General tips 10
Stitch gallery 19
Beaded Jacobean embroidery 35
Spring trellis 37
Midnight meander 57
Borrowing techniques from needle-made lace
Autumn lace 71
Jacobean tangle 83
Creatively traditional 99
Just Jacobean 101
Bountiful season 115
Conversion chart for stranded thread 133
Hazel Blomkamp has dabbled with all the needlecrafts since childhood. When her children were babies she developed a passion for embroidery to break the tedium of life with toddlers, using it as her evening reward for having got though the day with her sanity intact. Her children are now young adults and she still embroiders in front of the television every night. She has been designing for the past 18 years. Preferring to design projects which appear to be traditional, she pushes the boundaries by introducing other forms of needlecraft into traditional techniques, exploring further in everything that she does. Along with designing, she runs a busy website from home. She teaches at her home studio, in Pietermaritzburg, South Africa and travels throughout South Africa and to Australia teaching embroidery and fine beadwork. She is a regular contributor to South African and Australian embroidery magazines and is a columnist for South African Stitches Magazine.
Firstly, this is a reprint of a book that originally appeared
back in 2012 so if you have a book by the same title you already
own this book. I confess to being wowed all over again by it, and
remember that this was the first book I ever saw that suggested you
could do crewel/Jacobean embroidery without using wool. I have been
a keen embroiderer for years and despite loving the look of this
type of work I had never attempted it because I am allergic to
wool. Several embroidery experts told me many times that you have
to work this style in wool, but this always seemed a poor reason.
Fortunately rules are made to be broken, and this book does just
that and in grand style!
Cotton floss, shiny rayon threads, metal goldwork strands and beads; yep, got all that right here and used it for years. Feast your eyes on this sumptuous treat of a book and look at all that lovely Jacobean work made using these modern and wool-free materials. To begin the author goes through all the aspects of starting that often get forgotten. These include how to obtain the right glasses if you need them, how to keep the work free of grubby marks and other helpful tips. Choose your fabric, get the right threads and tools and then practise the stitches shown over the next few pages, including needle lace. Most of these are unique to Jacobean work and quite complex; they are explained with a single drawn diagram showing the stitch being done and with a few words on working. No, this is not a suitable book for total beginners but anybody who is au fait with embroidery and has made a few projects ought to be able to make something to be proud of. All the projects have been made into items other than pictures; there is a box, stool and several cushions and pillows instead. They are beautiful too, shining with vibrant colours in most cases or worked in monochromes or shades or ecru and featuring those lush florals admired in stately homes and museums. The instructions are detailed but aimed at intermediate and upwards stitchers on the whole, but nothing wrong with that as there are plenty of other books on this subject for beginners. This is a beautiful book that will make any embroiderer itch to start stitching but not because of any wool! Great to see this classic back in print.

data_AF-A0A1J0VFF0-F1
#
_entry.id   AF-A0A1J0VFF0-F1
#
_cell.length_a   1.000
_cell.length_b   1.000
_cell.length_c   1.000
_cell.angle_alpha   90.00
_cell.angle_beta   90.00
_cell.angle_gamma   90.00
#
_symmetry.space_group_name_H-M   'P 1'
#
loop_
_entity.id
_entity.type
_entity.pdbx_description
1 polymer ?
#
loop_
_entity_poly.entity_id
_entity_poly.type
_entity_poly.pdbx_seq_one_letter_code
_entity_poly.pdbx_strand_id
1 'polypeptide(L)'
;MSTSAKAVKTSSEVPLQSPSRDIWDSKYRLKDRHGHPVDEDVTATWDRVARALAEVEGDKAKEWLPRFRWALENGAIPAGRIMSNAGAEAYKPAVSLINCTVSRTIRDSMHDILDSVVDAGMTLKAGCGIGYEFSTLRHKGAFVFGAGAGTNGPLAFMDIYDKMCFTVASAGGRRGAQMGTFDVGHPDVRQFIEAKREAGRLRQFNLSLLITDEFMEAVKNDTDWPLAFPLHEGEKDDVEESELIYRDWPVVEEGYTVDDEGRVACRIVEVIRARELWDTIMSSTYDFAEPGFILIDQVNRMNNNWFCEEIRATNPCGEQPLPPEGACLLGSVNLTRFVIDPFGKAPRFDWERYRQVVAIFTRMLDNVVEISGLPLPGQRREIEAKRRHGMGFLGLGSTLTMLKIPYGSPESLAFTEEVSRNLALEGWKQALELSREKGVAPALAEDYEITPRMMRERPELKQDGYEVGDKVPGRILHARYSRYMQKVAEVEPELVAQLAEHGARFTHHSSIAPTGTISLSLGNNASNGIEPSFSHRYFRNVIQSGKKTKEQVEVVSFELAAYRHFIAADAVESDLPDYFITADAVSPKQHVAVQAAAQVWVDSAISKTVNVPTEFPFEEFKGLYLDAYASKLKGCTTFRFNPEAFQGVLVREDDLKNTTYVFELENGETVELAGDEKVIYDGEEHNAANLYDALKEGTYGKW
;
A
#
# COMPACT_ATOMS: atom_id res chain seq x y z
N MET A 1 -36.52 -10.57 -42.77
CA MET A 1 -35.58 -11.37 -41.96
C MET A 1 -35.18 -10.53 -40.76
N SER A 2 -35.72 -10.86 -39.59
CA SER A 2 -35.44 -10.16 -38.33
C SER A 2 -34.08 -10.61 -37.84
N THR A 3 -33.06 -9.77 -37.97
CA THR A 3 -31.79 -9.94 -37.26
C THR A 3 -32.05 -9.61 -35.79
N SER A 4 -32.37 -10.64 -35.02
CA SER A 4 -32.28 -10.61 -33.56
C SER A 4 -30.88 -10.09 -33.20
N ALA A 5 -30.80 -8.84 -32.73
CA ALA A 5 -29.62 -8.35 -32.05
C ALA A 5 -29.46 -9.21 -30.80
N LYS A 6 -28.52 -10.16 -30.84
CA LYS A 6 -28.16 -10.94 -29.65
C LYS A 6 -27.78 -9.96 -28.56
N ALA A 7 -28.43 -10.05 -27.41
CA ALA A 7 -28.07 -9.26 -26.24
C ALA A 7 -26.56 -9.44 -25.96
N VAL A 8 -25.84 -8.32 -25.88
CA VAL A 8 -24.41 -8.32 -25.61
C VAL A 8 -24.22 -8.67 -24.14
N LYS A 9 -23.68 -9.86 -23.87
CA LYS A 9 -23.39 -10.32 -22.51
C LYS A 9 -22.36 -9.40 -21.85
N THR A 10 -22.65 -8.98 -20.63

Jacobean embroidery designs with a twist. Fresh projects are the core of this interesting embroidery design book. Interesting stitch and beads contribute to these fascinating modern designs. Creative freeform crewel embroidery to entice anyone who loves stitch. Contents include: Introduction, Materials, Stitch Gallery and Beading Techniques, Thread conversion chart, template designs, needle-made lace and creative traditional work. Clear technique and stitch images accompany the stitch gallery. Each stitch project shows the materials needed including fabrics, needles, threads and beads. The designs look quite complicated but since instructions are given for all component parts, you could, for example, just work one flower. Beautiful designs from an accomplished embroiderer.* www.karenplatt.co.uk *
Hazel Blomkamp packs two decades of experience as a designer and teacher of Jacobean embroidery into this book, which presents six crewel embroidery projects for the home. Blomkamp was the first to update her approach to crewel work by using beads, cotton, rayon and metallic embroidery threads, rather than crewel wool, and incorporates other forms of needlework and materials into her designs, which would suit a more experienced stitcher.* Embroidery *